Ubuntu has the potential to introduce Linux to non-Linux users. And isn't that what we want?

Early on, RedHat abandoned the post of desktop champion in favor of the server. They went where the $$ were to develop for a smaller, but critical market. And they did a good job of it.

Ubuntu on the other hand, targeted developing nations' hunger for a low or zero-cost alternative to Micro-Rip-Off's bug-ridden abomination for user's desktops. And they did a good job of that.

I'm happy.

Again...NO MINT

mtnbiker72's picture

If Linux Mint would have been an option, it would have far surpassed Debian for honorable mention. I can't believe the LJ Editors left that distro out of the running!!!

About as fair and balanced as Fox News

Mint

Carlie Fairchild's picture

The Fox News comment zings a little. ;-)

We select a list of top distros based on reader feedback throughout the year and of course always encourage write-ins.

Mint has indeed been gaining some ground, as has Sabayon and a few others. Lets pose the question to web readers today but split up "favorite distro" in to "favorite distro for your desktop" and "favorite distro for your servers". I think that could also prove interesting.

http://www.linuxjournal.com/content/what-your-favorite-linux-distribution-desktop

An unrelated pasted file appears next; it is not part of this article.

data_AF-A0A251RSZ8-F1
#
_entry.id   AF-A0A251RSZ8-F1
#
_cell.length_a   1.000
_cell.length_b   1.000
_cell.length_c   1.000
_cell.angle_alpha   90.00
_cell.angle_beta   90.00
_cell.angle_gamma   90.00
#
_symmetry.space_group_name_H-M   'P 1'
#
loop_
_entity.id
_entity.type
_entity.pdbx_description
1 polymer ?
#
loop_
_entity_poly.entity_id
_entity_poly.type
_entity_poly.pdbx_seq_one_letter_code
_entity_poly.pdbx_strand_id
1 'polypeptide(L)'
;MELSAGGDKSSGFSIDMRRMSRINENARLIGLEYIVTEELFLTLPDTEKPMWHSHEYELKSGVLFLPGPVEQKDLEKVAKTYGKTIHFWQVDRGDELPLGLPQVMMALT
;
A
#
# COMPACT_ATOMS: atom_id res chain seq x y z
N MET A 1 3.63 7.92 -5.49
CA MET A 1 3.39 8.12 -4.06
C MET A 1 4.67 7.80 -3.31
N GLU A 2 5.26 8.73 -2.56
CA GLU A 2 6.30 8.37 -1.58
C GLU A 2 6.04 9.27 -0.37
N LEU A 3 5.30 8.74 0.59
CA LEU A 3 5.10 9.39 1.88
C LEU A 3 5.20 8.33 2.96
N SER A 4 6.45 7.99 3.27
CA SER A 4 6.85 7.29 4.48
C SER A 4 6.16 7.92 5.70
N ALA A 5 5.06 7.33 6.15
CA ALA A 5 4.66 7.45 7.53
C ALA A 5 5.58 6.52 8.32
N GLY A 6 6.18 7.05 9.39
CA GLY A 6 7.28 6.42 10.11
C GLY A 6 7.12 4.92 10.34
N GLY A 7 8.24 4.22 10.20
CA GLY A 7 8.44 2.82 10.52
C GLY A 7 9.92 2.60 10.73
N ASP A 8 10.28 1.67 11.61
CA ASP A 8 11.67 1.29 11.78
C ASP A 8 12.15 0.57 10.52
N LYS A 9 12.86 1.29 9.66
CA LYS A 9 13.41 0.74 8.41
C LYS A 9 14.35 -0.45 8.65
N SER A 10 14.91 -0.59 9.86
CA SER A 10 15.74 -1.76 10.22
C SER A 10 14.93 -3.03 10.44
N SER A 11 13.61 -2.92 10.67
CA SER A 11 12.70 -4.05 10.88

(We'll post the server question to the site some time next week.)

Thanks for your feedback!

Carlie Fairchild is the publisher of Linux Journal.

Linux Geek

Vmax's picture

Ok, your entirely too hot to be a Linux Geek.....

You must be a computer generated BOT !!!

So we have the results from

Mathews's picture

So we have the results from the readers for the Linux Journal Readers' Choice Awards for 2009! As usual there is one winner in each category with strong contenders being awarded the Honorable mentions Awards which could go up to here where they would have to get a minimum of 10% vote!! It is a wonderful way of both encouraging the users and the companies to keep on giving their best to their users who will be judging them according to their rapid prototyping performance - each complementing the other!!

Great stuff. Ubuntu + Gnome